Rostam Batmanglij had brought a string quartet with him at Amoeba, the ex-Vampire Weekend multi-instrumentalist did an in-store on Thursday night to celebrate the release of his new solo album ‘Half-Light’, and I was quite happy to get in the front despite my late arrival… Isn’t Vampire Weekend super famous? I guess people never react the same way when it’s only a member of a band who shows up, and it’s not as if Ezra Koening had been there… However, anyone who would listen to these new songs, would understand right away how important Rostam was to the band’s sound. ‘Wood’, the first song he performed with strings, had all the delicateness and wide-eyed beauty of his ex-band’s music, while incorporating an exotic Eastern music vibe coming from layers he was adding with pre-recorded tracks,… was that a sitar?
As for the next one, I had to listen to the song again once home, because I thought I was imagining the whole thing! The curious and fast drumming during the poignant ‘Don’t Let It Get To You’ sounded so much like the Brazilian drums of Paul Simon’s The Obvious Child’! And it turned out that Rostam really sampled loop of Brazilian batucada drums from the Paul Simon’s song. It doesn’t matter how many times you have said and heard that Vampire Weekend’s first two albums sounded like ‘Graceland’, Rostam doesn’t even bother to hide the most obvious of their numerous inspirations with this revamped ‘Obvious Child’ drums with flutes.
Each song had its own unfolding beauty and a super catchy melody, decorated by Rostam’s emotive vocals, sounding very loud at the top of everything. If he performed ‘Bike Dream’ acoustically with a guitar and an harmonica, so basically very low-key compared to the booming orchestration of the recorded version, the poignancy was there, intact. Nothing sounded predictable but astonishingly, everything sounded familiar, probably because these songs were like some Vampire Weekend’s new finds. From inventive chord progressions to layered puzzling tracks and plenty of strings, the short set was a delight.
And ‘Half-Light’, the title track performed on piano, guitar and strings, was so pretty that it was the type of song to capture all your attention, the type of moment to trigger a chill on your skin,.. well you just know when you are in presence of pure beauty. ‘That’s the first time anyone hears this song live’ he said to us, which made this moment even more special. I wanted to hear more songs, but he just had another one after this, ‘Gwan’, that he called ‘epic’, may be because of all these amazing strings punctuating each one of his lines.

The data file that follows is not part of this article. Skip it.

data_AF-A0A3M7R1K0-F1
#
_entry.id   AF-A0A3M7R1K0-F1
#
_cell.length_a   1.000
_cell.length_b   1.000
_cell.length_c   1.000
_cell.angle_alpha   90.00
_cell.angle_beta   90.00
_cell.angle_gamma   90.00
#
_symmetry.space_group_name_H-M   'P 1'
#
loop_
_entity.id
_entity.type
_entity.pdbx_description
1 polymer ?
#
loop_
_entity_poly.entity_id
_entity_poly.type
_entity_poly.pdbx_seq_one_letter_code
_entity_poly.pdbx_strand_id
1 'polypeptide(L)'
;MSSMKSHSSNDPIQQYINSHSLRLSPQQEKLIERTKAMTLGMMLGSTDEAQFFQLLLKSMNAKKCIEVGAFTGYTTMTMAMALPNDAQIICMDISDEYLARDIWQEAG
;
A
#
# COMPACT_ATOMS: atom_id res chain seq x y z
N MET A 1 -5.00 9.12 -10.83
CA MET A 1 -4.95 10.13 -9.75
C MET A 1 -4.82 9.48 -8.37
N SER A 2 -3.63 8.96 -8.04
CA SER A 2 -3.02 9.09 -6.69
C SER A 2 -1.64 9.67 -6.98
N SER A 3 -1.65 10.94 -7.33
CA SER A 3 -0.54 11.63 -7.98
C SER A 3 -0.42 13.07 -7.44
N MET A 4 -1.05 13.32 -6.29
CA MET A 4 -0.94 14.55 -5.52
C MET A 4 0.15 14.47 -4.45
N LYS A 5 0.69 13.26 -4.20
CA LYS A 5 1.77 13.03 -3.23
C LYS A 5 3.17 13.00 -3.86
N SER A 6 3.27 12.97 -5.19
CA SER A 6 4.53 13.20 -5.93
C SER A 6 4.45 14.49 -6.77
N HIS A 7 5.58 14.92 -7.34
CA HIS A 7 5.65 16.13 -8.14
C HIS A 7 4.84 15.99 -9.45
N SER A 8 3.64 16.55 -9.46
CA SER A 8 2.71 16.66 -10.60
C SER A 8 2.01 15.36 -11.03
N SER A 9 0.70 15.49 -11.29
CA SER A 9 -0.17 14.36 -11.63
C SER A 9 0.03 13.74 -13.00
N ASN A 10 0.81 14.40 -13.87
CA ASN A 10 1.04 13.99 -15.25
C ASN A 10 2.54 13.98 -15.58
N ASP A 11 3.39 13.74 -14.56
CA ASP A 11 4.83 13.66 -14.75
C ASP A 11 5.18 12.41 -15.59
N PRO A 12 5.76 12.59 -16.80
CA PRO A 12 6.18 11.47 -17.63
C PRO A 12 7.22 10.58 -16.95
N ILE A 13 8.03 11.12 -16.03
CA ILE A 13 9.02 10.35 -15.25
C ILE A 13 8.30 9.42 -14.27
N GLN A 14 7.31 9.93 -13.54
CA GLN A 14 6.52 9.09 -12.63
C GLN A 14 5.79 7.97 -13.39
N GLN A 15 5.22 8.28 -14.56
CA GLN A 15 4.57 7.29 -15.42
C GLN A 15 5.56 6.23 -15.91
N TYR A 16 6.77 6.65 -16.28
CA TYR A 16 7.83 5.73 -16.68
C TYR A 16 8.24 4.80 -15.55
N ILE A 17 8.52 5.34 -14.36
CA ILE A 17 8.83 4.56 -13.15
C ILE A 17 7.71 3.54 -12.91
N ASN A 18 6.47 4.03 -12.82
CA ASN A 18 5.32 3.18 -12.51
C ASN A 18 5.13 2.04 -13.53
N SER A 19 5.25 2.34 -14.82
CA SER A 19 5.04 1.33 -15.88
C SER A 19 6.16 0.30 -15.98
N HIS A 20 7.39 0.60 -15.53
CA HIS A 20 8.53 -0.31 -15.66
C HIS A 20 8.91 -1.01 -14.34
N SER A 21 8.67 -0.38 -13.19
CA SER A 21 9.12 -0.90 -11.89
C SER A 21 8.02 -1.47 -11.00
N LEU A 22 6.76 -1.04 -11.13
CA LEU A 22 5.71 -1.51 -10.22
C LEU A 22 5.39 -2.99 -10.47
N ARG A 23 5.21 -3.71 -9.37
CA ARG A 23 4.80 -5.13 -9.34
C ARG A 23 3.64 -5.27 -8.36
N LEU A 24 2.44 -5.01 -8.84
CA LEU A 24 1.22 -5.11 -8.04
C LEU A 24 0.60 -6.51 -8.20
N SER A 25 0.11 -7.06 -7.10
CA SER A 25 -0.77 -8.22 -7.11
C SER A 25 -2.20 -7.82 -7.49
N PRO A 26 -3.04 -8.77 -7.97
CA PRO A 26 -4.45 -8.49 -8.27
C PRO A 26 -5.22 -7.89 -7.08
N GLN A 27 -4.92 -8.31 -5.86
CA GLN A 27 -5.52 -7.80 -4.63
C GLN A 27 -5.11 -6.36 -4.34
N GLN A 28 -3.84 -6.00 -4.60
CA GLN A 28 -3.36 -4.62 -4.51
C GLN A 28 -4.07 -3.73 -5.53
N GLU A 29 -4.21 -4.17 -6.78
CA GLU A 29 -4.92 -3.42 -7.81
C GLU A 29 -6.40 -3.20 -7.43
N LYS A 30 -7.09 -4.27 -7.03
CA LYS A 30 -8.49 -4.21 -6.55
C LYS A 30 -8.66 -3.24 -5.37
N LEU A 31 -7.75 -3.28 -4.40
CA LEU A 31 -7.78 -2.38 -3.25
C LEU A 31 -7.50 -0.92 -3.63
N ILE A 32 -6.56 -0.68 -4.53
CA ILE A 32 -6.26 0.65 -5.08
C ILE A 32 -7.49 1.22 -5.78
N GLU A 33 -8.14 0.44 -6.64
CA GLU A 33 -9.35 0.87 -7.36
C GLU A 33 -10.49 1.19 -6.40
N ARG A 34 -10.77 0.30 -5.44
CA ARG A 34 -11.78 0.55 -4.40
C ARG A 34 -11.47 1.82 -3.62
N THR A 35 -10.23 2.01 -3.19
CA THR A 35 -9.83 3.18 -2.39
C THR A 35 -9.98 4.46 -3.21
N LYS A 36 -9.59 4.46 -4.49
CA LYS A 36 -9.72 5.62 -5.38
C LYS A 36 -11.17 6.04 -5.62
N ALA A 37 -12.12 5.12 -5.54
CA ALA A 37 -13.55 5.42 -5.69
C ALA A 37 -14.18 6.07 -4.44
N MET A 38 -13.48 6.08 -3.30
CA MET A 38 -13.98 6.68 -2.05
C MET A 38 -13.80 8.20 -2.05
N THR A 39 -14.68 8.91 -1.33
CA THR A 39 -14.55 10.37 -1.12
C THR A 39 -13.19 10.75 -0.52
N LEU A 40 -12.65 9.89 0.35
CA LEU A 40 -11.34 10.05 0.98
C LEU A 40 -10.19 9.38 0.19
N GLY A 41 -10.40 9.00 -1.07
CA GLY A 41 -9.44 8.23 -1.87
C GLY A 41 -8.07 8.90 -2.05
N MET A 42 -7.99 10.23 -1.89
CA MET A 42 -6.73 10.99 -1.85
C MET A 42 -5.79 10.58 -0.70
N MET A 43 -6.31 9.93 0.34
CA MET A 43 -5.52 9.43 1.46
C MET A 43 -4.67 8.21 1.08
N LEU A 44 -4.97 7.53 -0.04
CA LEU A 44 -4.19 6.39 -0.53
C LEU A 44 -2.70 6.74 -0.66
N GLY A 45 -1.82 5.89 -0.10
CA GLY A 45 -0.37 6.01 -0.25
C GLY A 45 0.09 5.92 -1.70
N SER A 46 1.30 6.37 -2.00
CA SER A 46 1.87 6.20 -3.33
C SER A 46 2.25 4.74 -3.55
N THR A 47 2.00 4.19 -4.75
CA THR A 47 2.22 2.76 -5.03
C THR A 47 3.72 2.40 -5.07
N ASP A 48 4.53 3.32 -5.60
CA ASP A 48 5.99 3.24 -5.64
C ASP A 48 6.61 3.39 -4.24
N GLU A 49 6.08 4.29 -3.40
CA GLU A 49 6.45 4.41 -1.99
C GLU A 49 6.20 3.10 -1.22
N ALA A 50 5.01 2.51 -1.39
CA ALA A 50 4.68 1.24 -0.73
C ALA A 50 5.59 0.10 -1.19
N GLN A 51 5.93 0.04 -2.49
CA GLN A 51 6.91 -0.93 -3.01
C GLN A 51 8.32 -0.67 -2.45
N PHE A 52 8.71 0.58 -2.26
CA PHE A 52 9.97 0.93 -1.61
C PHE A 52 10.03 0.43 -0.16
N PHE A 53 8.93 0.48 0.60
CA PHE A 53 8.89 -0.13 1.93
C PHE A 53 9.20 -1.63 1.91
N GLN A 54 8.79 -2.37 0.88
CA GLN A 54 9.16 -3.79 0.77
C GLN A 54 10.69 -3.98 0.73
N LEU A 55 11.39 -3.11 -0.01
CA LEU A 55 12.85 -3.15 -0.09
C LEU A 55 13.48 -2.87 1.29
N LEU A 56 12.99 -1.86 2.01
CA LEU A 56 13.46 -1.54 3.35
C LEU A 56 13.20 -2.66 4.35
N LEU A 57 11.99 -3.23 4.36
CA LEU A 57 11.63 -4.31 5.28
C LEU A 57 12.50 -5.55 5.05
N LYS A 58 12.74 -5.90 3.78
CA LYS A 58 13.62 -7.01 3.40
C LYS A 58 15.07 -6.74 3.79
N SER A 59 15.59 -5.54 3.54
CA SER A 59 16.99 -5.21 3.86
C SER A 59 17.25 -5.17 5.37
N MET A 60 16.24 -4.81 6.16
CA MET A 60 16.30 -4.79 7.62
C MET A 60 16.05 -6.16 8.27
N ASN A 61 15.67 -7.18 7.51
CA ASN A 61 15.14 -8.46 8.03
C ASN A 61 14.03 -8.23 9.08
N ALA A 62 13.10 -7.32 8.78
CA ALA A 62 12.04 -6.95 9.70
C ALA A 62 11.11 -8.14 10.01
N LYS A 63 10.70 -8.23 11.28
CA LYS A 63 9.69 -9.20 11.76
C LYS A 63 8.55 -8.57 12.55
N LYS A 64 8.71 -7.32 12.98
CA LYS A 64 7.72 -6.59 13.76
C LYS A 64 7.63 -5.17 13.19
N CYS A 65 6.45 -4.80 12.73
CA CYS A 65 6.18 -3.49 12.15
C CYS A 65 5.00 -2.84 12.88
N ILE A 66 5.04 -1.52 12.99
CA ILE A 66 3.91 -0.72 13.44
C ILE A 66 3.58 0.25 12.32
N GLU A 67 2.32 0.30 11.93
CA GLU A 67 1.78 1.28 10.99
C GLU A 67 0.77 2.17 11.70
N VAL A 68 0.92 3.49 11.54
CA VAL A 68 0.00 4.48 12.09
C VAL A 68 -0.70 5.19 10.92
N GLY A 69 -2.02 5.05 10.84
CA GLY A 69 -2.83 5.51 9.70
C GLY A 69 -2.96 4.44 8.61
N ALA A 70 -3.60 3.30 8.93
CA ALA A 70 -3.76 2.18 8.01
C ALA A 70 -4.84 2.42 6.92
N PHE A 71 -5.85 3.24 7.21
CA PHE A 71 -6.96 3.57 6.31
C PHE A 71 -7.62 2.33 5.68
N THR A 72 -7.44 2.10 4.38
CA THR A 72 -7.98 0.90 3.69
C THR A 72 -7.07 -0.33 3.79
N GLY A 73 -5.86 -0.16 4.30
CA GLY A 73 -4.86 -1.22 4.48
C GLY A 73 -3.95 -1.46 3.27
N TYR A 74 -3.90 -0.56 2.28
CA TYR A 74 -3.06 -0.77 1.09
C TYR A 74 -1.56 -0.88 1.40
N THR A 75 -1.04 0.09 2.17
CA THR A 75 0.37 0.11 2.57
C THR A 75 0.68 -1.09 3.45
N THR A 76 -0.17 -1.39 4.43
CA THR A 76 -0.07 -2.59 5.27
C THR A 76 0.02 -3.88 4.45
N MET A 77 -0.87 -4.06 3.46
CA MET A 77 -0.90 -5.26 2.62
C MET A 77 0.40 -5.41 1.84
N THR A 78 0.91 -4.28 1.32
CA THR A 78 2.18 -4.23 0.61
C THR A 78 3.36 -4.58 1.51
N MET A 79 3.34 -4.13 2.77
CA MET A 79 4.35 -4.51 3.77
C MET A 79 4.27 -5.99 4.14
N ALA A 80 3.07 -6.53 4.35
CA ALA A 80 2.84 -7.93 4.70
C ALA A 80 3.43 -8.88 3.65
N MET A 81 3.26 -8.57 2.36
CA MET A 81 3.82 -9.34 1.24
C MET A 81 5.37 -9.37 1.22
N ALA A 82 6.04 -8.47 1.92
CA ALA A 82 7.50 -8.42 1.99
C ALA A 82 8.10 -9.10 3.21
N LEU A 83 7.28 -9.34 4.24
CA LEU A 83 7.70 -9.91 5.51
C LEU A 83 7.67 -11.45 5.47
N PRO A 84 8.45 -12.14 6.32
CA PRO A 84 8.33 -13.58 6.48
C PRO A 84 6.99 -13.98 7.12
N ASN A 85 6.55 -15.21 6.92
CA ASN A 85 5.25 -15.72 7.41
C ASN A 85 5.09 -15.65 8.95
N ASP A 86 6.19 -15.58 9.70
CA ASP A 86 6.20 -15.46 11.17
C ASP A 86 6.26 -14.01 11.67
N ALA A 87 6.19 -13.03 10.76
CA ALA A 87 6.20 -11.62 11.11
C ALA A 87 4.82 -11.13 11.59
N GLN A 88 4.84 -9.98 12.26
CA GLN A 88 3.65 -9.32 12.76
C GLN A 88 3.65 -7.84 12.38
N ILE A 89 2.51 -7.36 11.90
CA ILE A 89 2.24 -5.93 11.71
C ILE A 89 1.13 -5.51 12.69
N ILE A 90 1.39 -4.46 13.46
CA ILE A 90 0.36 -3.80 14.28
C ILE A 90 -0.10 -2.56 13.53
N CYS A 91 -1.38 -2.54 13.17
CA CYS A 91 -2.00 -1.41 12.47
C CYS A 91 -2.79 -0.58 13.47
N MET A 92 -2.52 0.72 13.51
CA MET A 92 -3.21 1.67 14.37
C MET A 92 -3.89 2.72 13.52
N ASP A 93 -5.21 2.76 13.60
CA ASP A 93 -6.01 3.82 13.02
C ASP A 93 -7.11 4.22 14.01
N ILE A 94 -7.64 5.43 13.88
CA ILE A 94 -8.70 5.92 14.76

Rostam’s performance at Amoeba looked like a humble sampling of his new album, which seems to be a very rich and complex one. He said he wrote this personal material between Vampire Weekend gigs, and got the participation of Wet’s Kelly Zutrau and Dirty Projectors’ Angel Deradoorian on two songs. At the first listening, and as I speak I have barely listened to all the songs, Rostam’s amazing and surprising collages gracefully tiptoe between dreamy states and reality, between western and eastern music, between dawn and dusk, as the title refers to. ‘I think what draws me to dawn and dusk as a songwriter is that those are the moments where we feel change deepest in a day. Those are the moments where I seem to experience the onset of a realization and the strongest feelings of optimism about the future. With this record, I’m trying to share some of those realizations and some of that optimism,’ He explained in an interview.
With its church-choral moments, its numerous harmonies, string arrangements, and complex layers, the album sounds like a kaleidoscopic wide-screen horizon, effortlessly bringing many influences into one unique vision
Don’t Let It Get To You
Live Review: Randy Edelman “A Life In 80 Minutes” @ Chelsea Table & Stage in NYC, Nov.27, 2021 By Harley Rain
Live Review: Randy Edelman “A Life In 80 Minutes” @ Chelsea Table & Stage in NYC, Nov.27, 2021
proven itself a follow up to “Hello”
Her perceptive songwriting is complemented by her idiosyncratic guitar playing and distinctive vibrato-less voice
the goths have the best dancefloors
album sales comprise 692,000
back in the studio in January 1969, three months after they had nailed down 30 songs for The White Album
a collection of genres all united under the same gothic roof
Kali uses it creatively
everything she has done this past two years has proven itself important
“wastes no time with things like verses and other niceties deemed unnecessary on its direct route to fun”